If there is one group that benefits most from last night's National Day Rally, it has to be young couples.
Prime Minister Lee Hsien Loong's two main areas of focus for policy changes this year dealt with housing and population, and both sets of changes promise to go some way in encouraging couples to think about starting a family or have more babies.
For most young couples, there are three big considerations - buying a home, managing costs associated with raising children, and finding help to care for the children when they go out to work.
Mr Lee addressed all three points when he announced changes affecting families last night.
For housing, he made sure more people are eligible for new flats by raising the income ceiling from $10,000 to $12,000, thereby ensuring that affordable public housing becomes available to more couples.
At the same time, he promised to enhance the Baby Bonus scheme, which now gives $6,000 for the first two children and $8,000 for the third and fourth children. The cash gift will not only become bigger but those with bigger families will get it for all babies, not just the first four.
There will be more relief as the MediShield Grant for Newborns, to help cover health insurance and medical expenses, will be made more generous - enough to cover Medishield Life premiums up to the age of 21.
These moves will go a long way to help parents take care of the basic necessities for their infants, and worry less about medical bills.
The third and, arguably, most important worry couples have when they consider having a baby is getting help with childcare.
On this front, Mr Lee moved to do two things: doubling paternity leave to two weeks and introducing a Household Proximity Grant.
Having two weeks of paid paternity leave sends a strong signal, that men have to do their part in bringing up baby.
This will also let them get more involved early.
Similarly, the new Proximity Housing Grant scheme will encourage couples to move nearer their parents, or vice-versa. For most young parents, grandparents are the preferred caregivers, provided they are healthy and willing. Living close by also means that when the time comes, it will be easier for children to care for their ageing parents.
Taken together, the measures Mr Lee announced are welcome improvements to Singapore's pro-parenthood package.
But will they have the intended effect of raising Singapore's dismal fertility rate?
The Total Fertility Rate, which measures the average number of children a woman will have over her lifetime, dipped from 1.6 in 2000 to 1.25 last year, one of the lowest in the world. A country's population replaces itself if it has a TFR of 2.1.
More worryingly, there is evidence that pro-baby policies might be losing their effectiveness as couples start to take the financial incentives for granted.
An Institute of Policy Studies survey of 2,000 respondents, released earlier this year, showed that carrots like the Baby Bonus cash gift and maternity leave are having less of an effect in boosting birth rates.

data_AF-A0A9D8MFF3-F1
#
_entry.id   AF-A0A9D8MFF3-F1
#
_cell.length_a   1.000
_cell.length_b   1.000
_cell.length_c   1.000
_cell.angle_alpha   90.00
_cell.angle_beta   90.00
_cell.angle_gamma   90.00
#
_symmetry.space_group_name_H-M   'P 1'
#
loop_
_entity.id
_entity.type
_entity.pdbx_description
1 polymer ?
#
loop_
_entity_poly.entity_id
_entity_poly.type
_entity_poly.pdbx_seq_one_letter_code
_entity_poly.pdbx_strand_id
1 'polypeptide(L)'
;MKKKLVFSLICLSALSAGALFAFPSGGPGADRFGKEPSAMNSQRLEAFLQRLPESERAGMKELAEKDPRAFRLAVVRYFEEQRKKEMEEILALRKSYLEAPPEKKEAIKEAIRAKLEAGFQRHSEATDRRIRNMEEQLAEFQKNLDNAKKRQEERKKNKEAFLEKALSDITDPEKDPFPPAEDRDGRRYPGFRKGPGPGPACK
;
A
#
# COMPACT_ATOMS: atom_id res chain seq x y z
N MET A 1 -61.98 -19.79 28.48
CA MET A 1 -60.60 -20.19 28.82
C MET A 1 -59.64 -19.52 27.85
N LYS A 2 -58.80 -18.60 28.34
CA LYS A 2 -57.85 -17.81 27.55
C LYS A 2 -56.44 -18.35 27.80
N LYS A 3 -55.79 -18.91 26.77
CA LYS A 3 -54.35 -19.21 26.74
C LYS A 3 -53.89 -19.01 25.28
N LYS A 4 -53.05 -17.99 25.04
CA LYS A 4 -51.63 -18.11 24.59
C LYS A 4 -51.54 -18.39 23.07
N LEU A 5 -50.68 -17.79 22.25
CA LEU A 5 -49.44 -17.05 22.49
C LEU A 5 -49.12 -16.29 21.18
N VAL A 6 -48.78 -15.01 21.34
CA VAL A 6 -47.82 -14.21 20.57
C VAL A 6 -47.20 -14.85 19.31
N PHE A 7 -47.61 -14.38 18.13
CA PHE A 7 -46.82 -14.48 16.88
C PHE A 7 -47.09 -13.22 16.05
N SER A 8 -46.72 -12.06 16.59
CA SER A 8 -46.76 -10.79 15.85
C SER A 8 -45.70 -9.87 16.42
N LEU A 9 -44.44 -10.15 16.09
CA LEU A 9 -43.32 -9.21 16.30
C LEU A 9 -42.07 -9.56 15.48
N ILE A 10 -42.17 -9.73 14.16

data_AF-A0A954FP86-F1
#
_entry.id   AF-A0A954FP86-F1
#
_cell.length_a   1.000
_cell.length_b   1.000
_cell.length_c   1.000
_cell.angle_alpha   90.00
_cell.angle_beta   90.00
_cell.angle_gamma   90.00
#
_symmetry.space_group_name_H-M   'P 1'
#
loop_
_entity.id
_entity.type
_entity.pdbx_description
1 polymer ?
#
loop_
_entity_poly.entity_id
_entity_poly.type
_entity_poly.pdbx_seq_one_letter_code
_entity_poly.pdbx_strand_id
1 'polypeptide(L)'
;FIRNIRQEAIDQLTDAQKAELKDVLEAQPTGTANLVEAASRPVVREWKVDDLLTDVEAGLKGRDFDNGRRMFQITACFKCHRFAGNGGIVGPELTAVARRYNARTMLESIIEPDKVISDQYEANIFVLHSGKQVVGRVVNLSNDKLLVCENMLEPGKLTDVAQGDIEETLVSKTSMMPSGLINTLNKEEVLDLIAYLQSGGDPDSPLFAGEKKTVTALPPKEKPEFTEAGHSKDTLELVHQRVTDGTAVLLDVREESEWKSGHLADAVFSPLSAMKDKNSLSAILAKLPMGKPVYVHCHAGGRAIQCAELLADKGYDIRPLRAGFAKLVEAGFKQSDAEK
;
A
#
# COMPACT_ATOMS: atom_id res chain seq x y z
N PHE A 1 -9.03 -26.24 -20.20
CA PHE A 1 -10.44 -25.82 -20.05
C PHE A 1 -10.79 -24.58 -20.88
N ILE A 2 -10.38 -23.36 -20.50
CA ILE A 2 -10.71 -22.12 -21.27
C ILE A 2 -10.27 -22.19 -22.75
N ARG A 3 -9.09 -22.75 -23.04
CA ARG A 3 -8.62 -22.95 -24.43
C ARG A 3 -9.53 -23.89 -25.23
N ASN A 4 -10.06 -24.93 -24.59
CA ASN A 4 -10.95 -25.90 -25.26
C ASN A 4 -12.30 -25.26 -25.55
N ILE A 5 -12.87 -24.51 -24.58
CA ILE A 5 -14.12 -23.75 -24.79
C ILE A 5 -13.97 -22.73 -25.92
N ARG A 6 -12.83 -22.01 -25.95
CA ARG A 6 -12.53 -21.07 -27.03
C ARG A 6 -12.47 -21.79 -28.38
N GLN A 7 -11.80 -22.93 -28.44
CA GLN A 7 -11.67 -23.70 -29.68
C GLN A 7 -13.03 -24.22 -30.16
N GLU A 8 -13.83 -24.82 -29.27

PM Lee acknowledged this when he said that the Government is working not just to give practical help but also to change social attitudes by encouraging more child-friendly workplaces, for instance.
There is evidence that these moves have started to take effect.
Mr Lee said the number of babies born last year was the highest in a decade, a promising sign that the pro-family policies of the past decade are taking effect. He added that this year's baby numbers are likely to be as good as last year's.
Last night's announcements build on this foundation, by making sure that for young couples, there is help at every stage, from alleviating the costs of delivering the baby, to giving parents those first few weeks and months of leave to spend with their newborn, and even giving couples subsidies for a home in which they can bring their children up in.
For some young couples, there could be even more help in childcare. Many young parents continue to complain that there is a lack of reasonably priced quality childcare facilities to help them take care of their children while they work. The Government has done much in recent years to ramp up infrastructure and manpower to boost this area, the effects of which could be seen some years down the road.
To be fair, however, these policies can only go so far in persuading people to have more children.
As Mr Lee said: "But at the root of this is not policies. It's people - families and their children. Our families are what make life meaningful for many of us."
Earlier this year, my wife and I discussed having Baby No.3 because we have grown to love children so much.
It will not be without much personal sacrifice. In all likelihood, one of us will have to leave our job because we do not like the idea of having a maid to care for our kids.
The new measures, though welcome improvements, will not help us decide to go ahead right away, and we will still have to think hard.
Ultimately, the government can do only so much to get couples to have babies. The latest measures are better than anything we've seen so far, in creating the conditions to help us make a good decision.